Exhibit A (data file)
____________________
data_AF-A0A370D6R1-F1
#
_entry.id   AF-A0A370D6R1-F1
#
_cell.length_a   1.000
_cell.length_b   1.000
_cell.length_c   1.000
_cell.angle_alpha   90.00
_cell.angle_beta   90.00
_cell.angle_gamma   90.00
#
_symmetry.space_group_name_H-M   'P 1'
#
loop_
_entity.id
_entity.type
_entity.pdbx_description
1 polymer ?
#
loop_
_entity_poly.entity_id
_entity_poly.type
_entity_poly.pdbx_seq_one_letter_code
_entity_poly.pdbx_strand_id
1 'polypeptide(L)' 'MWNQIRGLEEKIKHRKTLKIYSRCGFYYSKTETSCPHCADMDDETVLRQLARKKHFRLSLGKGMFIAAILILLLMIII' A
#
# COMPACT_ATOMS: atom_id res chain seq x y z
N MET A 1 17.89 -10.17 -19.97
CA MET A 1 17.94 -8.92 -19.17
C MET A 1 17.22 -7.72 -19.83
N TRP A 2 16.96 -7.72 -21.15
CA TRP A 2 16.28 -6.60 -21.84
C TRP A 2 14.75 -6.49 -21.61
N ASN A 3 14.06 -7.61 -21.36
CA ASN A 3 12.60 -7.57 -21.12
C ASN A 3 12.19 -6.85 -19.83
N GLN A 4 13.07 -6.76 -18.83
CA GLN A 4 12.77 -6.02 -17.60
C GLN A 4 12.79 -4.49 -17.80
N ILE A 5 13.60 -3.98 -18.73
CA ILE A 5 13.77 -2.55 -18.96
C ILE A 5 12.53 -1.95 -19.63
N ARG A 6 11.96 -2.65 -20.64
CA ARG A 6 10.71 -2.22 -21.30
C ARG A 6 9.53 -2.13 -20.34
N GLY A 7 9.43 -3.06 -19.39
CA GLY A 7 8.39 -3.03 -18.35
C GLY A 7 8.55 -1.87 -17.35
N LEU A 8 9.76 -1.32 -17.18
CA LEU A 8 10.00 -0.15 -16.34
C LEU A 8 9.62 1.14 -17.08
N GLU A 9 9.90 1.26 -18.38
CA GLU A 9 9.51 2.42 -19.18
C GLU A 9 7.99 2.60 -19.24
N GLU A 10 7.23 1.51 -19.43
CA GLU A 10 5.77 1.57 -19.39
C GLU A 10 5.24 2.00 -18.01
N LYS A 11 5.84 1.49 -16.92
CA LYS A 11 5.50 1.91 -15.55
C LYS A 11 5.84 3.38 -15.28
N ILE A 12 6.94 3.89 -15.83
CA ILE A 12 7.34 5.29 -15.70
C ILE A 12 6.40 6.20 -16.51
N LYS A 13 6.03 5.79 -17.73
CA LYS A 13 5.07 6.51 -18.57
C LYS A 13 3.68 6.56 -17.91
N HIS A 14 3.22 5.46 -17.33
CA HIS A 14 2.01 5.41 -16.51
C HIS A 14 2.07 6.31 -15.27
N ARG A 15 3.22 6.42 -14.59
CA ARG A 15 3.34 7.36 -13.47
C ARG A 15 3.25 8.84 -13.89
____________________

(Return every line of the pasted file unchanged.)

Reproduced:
data_AF-A0A370D6R1-F1
#
_entry.id   AF-A0A370D6R1-F1
#
_cell.length_a   1.000
_cell.length_b   1.000
_cell.length_c   1.000
_cell.angle_alpha   90.00
_cell.angle_beta   90.00
_cell.angle_gamma   90.00
#
_symmetry.space_group_name_H-M   'P 1'
#
loop_
_entity.id
_entity.type
_entity.pdbx_description
1 polymer ?
#
loop_
_entity_poly.entity_id
_entity_poly.type
_entity_poly.pdbx_seq_one_letter_code
_entity_poly.pdbx_strand_id
1 'polypeptide(L)' 'MWNQIRGLEEKIKHRKTLKIYSRCGFYYSKTETSCPHCADMDDETVLRQLARKKHFRLSLGKGMFIAAILILLLMIII' A
#
# COMPACT_ATOMS: atom_id res chain seq x y z
N MET A 1 17.89 -10.17 -19.97
CA MET A 1 17.94 -8.92 -19.17
C MET A 1 17.22 -7.72 -19.83
N TRP A 2 16.96 -7.72 -21.15
CA TRP A 2 16.28 -6.60 -21.84
C TRP A 2 14.75 -6.49 -21.61
N ASN A 3 14.06 -7.61 -21.36
CA ASN A 3 12.60 -7.57 -21.12
C ASN A 3 12.19 -6.85 -19.83
N GLN A 4 13.07 -6.76 -18.83
CA GLN A 4 12.77 -6.02 -17.60
C GLN A 4 12.79 -4.49 -17.80
N ILE A 5 13.60 -3.98 -18.73
CA ILE A 5 13.77 -2.55 -18.96
C ILE A 5 12.53 -1.95 -19.63
N ARG A 6 11.96 -2.65 -20.64
CA ARG A 6 10.71 -2.22 -21.30
C ARG A 6 9.53 -2.13 -20.34
N GLY A 7 9.43 -3.06 -19.39
CA GLY A 7 8.39 -3.03 -18.35
C GLY A 7 8.55 -1.87 -17.35
N LEU A 8 9.76 -1.32 -17.18
CA LEU A 8 10.00 -0.15 -16.34
C LEU A 8 9.62 1.14 -17.08
N GLU A 9 9.90 1.26 -18.38
CA GLU A 9 9.51 2.42 -19.18
C GLU A 9 7.99 2.60 -19.24
N GLU A 10 7.23 1.51 -19.43
CA GLU A 10 5.77 1.57 -19.39
C GLU A 10 5.24 2.00 -18.01
N LYS A 11 5.84 1.49 -16.92
CA LYS A 11 5.50 1.91 -15.55
C LYS A 11 5.84 3.38 -15.28
N ILE A 12 6.94 3.89 -15.83
CA ILE A 12 7.34 5.29 -15.70
C ILE A 12 6.40 6.20 -16.51
N LYS A 13 6.03 5.79 -17.73
CA LYS A 13 5.07 6.51 -18.57
C LYS A 13 3.68 6.56 -17.91
N HIS A 14 3.22 5.46 -17.33
CA HIS A 14 2.01 5.41 -16.51
C HIS A 14 2.07 6.31 -15.27
N ARG A 15 3.22 6.42 -14.59
CA ARG A 15 3.34 7.36 -13.47
C ARG A 15 3.25 8.84 -13.89